Thursday, November 29, 2012

book of the year..if you are a semiotic (re)signing "Bible stud" nerd like me

 I love signs.

Visit my famous/infamous collection of funny signs here.

But signs are a serious sign of the times.

In a delightful and deep book about signs (semiotics)
that you should buy yesterday.

the amazing writer Crystal A. Downing,

among other things,

helpfully  (re)signs the word "sign."

The book?

"Changing Signs of Truth: A Christian Introduction to the Semiotics of  Communication"  (most of the first eighty pages is here)

The idea?

We are called to create new signs for old realities.
 (see also "How to Pour New Wine into Old Wineskins"  and "Old and new hands, wineskins" and "The signs won't look as you expect them to look").

Read the linked book preview to get ahold of that term.

All pastors...and all Christians..must (re)sign.

And buy this book!
(I think Jesus: A Theography" is probably book of the year, actually. But this one rates!)

Much more to follow, including a full-blown review.

But for now:
Two examples from the book that grabbed me, and got me (re)signing.

1)The sermon:

See her discussion  in the excerpt below  (pp. 44ff )  subtitled "Pastor(al) ideals"
How do we (or do we? "All American pastors know that  the Bible knows nothing of a weekly meeting where a pastor preaches a sermon." ) go about (re)signing the sermon?

2)signs of atonement:

How do we (or how dare we) re-sign the atonement?

This section (pp, 293-298) is not online, but suffice to say it is one of many short sections that are worth the price of the book alone.

For starters, her taxonomy of viewing

  • Penal substitution theory as a (re)signed version of the satisfaction theorue
  • Demythologizing theories as (re)signed versions of the moral influence theory
  • Christus Victor theory as a   (re)signed version of the ransom theory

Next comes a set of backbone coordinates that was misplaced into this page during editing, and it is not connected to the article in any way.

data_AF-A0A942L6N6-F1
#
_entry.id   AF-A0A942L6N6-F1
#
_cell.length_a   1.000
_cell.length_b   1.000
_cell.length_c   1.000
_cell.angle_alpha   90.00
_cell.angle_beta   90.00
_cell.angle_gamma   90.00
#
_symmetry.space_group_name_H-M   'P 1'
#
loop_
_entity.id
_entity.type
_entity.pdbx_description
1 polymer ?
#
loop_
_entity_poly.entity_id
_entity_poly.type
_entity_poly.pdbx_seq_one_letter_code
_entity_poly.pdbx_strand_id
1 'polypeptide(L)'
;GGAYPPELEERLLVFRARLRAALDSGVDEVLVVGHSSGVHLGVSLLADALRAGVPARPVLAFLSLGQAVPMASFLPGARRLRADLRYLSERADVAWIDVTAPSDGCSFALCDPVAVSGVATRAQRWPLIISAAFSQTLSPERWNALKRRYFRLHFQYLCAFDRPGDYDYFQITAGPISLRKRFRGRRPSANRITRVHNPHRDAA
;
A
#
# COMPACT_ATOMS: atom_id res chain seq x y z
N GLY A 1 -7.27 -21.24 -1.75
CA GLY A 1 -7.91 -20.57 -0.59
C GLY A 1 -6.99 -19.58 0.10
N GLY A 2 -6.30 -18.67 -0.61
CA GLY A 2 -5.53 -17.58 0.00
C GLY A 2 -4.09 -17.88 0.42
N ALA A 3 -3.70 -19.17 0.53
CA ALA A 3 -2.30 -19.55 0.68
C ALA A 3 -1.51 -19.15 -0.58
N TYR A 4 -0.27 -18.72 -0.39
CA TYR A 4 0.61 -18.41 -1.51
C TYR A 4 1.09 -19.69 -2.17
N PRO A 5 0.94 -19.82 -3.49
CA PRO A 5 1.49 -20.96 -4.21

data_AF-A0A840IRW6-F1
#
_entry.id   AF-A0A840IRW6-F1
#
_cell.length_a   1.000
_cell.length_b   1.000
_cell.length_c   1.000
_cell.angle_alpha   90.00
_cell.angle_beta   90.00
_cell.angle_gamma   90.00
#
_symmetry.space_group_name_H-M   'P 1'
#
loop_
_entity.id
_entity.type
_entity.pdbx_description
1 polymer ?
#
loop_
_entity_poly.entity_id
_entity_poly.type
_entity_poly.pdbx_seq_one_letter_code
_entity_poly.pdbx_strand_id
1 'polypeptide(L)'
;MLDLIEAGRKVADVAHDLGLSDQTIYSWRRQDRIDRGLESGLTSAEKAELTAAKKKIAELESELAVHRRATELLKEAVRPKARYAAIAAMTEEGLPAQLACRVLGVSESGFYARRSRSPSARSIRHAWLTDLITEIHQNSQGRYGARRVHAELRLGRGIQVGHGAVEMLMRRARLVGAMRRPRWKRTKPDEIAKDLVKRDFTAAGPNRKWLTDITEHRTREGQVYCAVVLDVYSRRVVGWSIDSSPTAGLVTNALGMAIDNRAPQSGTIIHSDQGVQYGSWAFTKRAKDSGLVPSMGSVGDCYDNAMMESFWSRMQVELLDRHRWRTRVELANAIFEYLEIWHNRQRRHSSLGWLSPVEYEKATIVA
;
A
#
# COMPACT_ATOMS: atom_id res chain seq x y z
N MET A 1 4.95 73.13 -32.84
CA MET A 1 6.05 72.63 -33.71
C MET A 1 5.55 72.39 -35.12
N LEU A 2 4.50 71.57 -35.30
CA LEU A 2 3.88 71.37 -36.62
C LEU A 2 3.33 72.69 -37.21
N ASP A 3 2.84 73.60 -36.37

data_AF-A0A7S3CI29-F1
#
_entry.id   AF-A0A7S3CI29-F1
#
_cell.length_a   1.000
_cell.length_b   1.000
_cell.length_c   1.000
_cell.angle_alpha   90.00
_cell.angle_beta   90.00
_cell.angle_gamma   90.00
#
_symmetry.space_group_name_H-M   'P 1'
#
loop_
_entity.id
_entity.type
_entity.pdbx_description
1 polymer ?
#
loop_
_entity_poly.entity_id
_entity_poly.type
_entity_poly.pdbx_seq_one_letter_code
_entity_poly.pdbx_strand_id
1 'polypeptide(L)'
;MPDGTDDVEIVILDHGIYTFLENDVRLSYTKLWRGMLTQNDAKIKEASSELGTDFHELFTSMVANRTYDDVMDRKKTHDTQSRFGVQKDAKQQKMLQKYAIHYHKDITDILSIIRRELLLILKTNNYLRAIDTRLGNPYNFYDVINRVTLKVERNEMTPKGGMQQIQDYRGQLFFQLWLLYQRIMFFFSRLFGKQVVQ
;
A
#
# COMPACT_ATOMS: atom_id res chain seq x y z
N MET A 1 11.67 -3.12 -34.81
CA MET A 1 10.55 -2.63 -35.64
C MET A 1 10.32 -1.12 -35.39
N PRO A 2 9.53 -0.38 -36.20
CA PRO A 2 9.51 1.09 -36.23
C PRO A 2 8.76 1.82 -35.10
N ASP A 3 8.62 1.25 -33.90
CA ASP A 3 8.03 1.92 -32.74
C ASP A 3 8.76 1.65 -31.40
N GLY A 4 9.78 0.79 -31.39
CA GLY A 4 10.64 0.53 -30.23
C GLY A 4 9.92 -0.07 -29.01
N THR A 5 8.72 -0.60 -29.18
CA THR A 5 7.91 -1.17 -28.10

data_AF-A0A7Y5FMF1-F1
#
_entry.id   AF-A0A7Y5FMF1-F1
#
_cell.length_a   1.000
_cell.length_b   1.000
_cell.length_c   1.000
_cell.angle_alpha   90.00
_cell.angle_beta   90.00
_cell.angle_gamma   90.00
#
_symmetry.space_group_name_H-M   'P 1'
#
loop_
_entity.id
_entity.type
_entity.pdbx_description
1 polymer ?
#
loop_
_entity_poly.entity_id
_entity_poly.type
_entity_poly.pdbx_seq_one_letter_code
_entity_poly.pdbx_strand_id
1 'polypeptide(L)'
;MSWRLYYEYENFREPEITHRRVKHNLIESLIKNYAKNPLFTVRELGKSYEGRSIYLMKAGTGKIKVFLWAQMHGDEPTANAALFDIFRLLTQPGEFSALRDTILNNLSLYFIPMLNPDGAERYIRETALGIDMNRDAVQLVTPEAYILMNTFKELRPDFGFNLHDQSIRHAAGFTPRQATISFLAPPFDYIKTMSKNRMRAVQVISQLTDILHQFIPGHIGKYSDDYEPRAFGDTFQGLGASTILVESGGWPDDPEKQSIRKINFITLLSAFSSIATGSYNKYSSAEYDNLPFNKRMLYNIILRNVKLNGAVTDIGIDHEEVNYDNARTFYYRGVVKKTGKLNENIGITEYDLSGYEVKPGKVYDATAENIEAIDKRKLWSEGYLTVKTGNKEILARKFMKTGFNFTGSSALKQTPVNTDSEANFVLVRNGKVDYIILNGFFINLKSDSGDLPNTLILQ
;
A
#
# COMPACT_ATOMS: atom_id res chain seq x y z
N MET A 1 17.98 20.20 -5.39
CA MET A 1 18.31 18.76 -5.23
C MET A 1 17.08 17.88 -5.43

may sound obvious..

..but it's foundational for her endorsement of a holistic approach to atonement theories, a "heteroglossia"  ( term borrowed from Bakhtin; she later offers Bakhtins "relational semiotic".  I see some studentfans have even created  a facebook group called "Crystal Downing: It's not English class. It's heteroglossia, fool!" ).

"Heteroglossia" is of course, a  much more cheesy academic a term than McKnight's down-home
"golf bag" metaphor (see "Žižek, metaphor, golfbags atonement fetish")
, but for reasons we'll get to, it may wind up being the best and most practical handle we have for

I really think we need more women writing books like this.  Not trying to sound sexist (see
"I need some token women" but so often they are far more creative...and better writers than us male "Bible studs" 

U2 Outside Broadcast TV Special complete/"Bono, we want to ask what you believe in."

"To all accusations of egomania: guilty, your honor," pleads singer Bono. "I'm just trying to point out the ridiculousness of being a rock 'n' roll star."

"The more banal the better," The Edge says, expressing a special fondness for the Shopping Channel's ads for cubic zirconia rings. "To make the ring look bigger, they obviously solicit dwarves with teeny little hands, and they all have these false red nails. It's so decadent. That might be pornographic."


If you've never seen the complete U2  "Outside Broadcast" TV special from the Zoo TV era, like most everything else...inevitably,'s on YouTube:  See the videos marked  ZOOTV parts 1-12 here,

or here:

Believe it or not (!!),  I haven't seen the whole thing yet ( I need to watch more TV)
But it is a classic over the top capture (of course, it's for TV) of an over the top leg (Outside Broadcast) of an over the top and often misunderstood tour (If you have heard this is the era U2 lost their faith, ask Screwtape what he thinks).

I'll just highlight a few new finds for me in the excerpt below.

"Mysterious Ways"  works on so many levels. Beth Maynard calls it a "love song to the Holy Spirit". ( Read Girls or God and sex in elevators (in church about the sexuality/spirituality connection)

 " Even as he runs, there is a certain 'She' who “moves in mysterious ways” and who is going to 'be there when you hit the ground.' .